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  9. P.S. I know I got the 'flaw' bit wrong. DOH!

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  10. Annie - I love 'Flaw'!

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  11. Well, I hope that eating Flan gave them indigestion, with pains in their gums.

    What do you mean, "Room" is fab?! It kept me awake! I'm much too old and delicate for such a worrying book.

    But then... I'm retired. No, not gloating. Or just a tiny bit. Or pit. Or git. Or maybe bat.

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  12. PS I really liked your story. I like all your stories but this was a vintage one. (Much like me, but not so retired.) It was TRULY fab.

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  13. Isabelle - Yes, just read your 'I'm retired' blog post, you ... you .... you .... you ... retiree, you! And I stand by 'Room'. I'm now reading 'The White Tiger' which is really, really funny. Have you read it?

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  14. By the way, I read "Room". It was fascinating. Thanks for the referral.

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  15. Hilarious! I once typo-ed emotion and turned it into a motion.....

    Anna May x

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  16. personally, I think this is Rolf's finest moment IN SPITE of Two Little Boys!

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  17. lovely story - I am intrigued to know which typo started the cascade?

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  18. Quality story there Fran:) I don't think your far off Children's laureate!!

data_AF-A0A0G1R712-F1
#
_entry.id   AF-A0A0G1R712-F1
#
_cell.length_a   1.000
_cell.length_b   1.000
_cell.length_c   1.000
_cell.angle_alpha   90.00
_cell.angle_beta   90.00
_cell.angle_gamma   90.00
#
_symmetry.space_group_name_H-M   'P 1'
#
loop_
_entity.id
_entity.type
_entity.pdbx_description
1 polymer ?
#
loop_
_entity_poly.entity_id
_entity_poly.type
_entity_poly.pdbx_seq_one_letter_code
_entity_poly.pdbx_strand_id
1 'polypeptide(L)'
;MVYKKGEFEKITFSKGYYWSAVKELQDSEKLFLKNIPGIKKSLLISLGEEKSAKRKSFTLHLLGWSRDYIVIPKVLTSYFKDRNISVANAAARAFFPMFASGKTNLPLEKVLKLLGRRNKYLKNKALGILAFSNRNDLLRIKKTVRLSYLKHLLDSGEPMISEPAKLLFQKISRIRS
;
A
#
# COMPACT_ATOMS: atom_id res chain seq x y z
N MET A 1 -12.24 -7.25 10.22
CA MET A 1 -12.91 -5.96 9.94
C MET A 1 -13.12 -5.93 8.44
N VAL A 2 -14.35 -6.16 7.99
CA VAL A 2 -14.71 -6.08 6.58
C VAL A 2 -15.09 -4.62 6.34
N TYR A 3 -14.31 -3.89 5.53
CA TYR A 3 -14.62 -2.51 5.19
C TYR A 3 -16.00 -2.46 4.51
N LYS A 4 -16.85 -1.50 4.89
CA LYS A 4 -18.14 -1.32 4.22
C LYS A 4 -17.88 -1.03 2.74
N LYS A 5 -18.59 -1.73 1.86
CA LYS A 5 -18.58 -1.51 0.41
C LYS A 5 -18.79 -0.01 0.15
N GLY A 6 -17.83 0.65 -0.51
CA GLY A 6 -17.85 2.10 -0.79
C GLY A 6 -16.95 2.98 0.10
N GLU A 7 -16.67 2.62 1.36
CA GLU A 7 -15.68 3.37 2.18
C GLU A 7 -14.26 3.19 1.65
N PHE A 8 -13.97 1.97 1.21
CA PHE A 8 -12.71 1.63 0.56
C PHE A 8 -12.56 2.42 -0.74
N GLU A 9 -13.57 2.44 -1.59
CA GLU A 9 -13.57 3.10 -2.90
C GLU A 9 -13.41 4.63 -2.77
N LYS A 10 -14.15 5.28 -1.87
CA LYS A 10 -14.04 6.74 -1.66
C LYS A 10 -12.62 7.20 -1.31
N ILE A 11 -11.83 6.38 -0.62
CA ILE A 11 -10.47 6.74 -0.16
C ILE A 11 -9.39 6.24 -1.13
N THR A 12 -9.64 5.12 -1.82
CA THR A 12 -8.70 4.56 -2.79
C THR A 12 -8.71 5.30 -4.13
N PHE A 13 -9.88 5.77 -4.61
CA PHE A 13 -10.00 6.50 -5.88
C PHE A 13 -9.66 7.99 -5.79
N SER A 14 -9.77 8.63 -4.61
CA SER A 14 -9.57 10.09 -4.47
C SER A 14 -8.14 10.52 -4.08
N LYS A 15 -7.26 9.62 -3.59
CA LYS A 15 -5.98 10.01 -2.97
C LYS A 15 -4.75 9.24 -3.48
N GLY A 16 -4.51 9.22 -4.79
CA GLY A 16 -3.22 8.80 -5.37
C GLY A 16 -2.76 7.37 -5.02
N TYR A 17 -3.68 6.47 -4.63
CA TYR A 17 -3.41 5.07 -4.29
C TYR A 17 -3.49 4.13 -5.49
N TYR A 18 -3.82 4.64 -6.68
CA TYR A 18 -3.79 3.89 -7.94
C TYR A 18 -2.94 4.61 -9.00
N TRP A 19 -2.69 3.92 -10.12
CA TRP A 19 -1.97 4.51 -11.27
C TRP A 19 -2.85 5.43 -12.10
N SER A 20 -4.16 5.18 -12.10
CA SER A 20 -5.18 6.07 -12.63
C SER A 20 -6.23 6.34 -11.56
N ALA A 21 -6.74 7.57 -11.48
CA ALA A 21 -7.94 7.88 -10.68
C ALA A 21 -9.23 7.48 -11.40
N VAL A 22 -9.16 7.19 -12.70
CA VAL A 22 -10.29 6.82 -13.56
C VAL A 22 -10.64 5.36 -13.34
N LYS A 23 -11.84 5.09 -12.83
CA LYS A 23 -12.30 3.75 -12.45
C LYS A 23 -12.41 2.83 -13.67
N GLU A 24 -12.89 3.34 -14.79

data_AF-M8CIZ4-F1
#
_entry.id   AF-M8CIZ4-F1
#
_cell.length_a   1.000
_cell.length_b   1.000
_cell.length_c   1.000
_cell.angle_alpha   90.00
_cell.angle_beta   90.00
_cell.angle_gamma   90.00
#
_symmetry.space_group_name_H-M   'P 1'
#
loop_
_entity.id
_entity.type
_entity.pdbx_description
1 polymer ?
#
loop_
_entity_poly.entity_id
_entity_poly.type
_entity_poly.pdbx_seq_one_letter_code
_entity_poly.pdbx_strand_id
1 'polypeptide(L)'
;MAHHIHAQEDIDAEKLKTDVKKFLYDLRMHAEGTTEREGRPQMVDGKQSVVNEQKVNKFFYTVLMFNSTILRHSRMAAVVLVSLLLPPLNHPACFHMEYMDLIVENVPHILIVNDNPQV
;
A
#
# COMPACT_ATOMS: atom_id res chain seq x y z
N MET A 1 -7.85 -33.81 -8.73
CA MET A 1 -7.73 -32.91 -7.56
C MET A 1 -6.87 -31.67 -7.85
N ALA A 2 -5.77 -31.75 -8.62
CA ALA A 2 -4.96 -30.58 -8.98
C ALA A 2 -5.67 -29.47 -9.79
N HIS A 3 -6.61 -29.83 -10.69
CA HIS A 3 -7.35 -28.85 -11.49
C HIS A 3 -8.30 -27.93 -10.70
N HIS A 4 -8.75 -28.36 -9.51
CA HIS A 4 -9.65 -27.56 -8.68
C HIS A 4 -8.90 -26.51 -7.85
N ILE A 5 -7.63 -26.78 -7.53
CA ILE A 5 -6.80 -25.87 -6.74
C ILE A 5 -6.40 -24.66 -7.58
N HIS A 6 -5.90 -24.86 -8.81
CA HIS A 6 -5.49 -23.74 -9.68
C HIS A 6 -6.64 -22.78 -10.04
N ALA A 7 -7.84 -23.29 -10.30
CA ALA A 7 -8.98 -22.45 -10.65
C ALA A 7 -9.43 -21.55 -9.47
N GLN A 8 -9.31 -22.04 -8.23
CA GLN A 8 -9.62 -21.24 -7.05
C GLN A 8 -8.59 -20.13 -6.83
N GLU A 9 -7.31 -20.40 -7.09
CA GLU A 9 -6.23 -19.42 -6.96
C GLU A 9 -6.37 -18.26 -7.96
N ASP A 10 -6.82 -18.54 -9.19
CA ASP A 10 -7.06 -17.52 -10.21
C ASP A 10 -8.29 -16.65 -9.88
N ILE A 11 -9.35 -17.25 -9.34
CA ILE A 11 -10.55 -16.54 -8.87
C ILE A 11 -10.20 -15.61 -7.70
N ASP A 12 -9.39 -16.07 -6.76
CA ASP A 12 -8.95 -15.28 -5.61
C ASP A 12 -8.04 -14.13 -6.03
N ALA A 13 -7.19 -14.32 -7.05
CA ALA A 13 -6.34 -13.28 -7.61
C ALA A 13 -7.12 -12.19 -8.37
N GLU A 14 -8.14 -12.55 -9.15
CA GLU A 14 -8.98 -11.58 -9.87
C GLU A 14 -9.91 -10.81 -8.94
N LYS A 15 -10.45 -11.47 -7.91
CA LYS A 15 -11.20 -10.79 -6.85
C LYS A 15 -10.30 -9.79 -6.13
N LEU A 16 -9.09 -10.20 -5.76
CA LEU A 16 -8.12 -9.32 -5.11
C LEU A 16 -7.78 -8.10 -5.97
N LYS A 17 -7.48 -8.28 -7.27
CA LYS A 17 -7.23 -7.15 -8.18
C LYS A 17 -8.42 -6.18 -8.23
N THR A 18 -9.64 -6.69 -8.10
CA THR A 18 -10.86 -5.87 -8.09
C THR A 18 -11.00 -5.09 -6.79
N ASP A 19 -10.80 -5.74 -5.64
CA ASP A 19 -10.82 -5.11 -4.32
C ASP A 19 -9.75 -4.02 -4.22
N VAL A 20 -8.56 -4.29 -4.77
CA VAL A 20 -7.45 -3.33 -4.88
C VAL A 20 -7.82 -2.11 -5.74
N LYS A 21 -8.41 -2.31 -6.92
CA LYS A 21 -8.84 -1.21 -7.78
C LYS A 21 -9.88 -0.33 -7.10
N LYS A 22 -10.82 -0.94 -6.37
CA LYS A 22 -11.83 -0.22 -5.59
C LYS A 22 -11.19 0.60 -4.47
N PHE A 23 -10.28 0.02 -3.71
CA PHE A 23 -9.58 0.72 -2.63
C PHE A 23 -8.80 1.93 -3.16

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  19. This had me in stitches. Nice one x

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  20. That iss so fummy! I no your triing to mak a point about speling but sometimes its muc fummier when wee screewup.

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  21. How do you think of this stuff? And how come I can read it for nothing?

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  22. Anna May - I can see how that could lead you into trouble.

    tedandbunny - I am sure, should the rolf read my blog, that he would be honoured by my inclusion of him in such a piece of great classic literary skill.

    Isabel - I think it may have been a typo a while ago when I typed 'I am going to write bizarre trivia' instead of 'I am going to write serious important fiction'.

    Jane - er, I don't think the Children's Laureate would let me NEAR any children if she had the choice.

    Japanese Student - thank you, my child.

    Clarissa - you're right - it's like children's nativity plays. SO boring unless the manger collapses and Mary does a wee on the stage.

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  23. Martin - I don't THINK of it. It just burbles out, like a lemonade bottle shook up and released. And feel free to send me a hefty cheque anytime. I'll send you my home address.

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  24. Loved it! I want whatever you're having :-)

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  25. Love it :) Gooble can be our friend ... or not! :)

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  26. Wonderful! Youngest is currently working on a performance (for drama) of Roald Dahl's version where Red Riding Hood wields a gun. Variations on familiar stories are a joy.

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  27. imbeingheldhostage - I'm having mad moments, that's all.

    Jemi - I heart Gooble.

    hausfrau - love Roald Dahl's versions. And everyone knows that of COURSE Red Riding Hood had a gun. That old story about the basket of cakes is RUBBish.

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  28. Kitchen Table - Thark you, thark you very mush.

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  29. Just found your blog..and so glad I did - Spike Milligan and Roald Dahl eat your heart out, here's a writer that kept me laughing from beginning to end!
    Thanks for that, Fran, Fren, Frin, Fron, Frun !!!

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  30. thevegeteriancenterblog - thanks for your kind words and high praise. And for following. Although you may not want to be my friend any more once you know that I am one of those 'vegetarians' who eat fish ...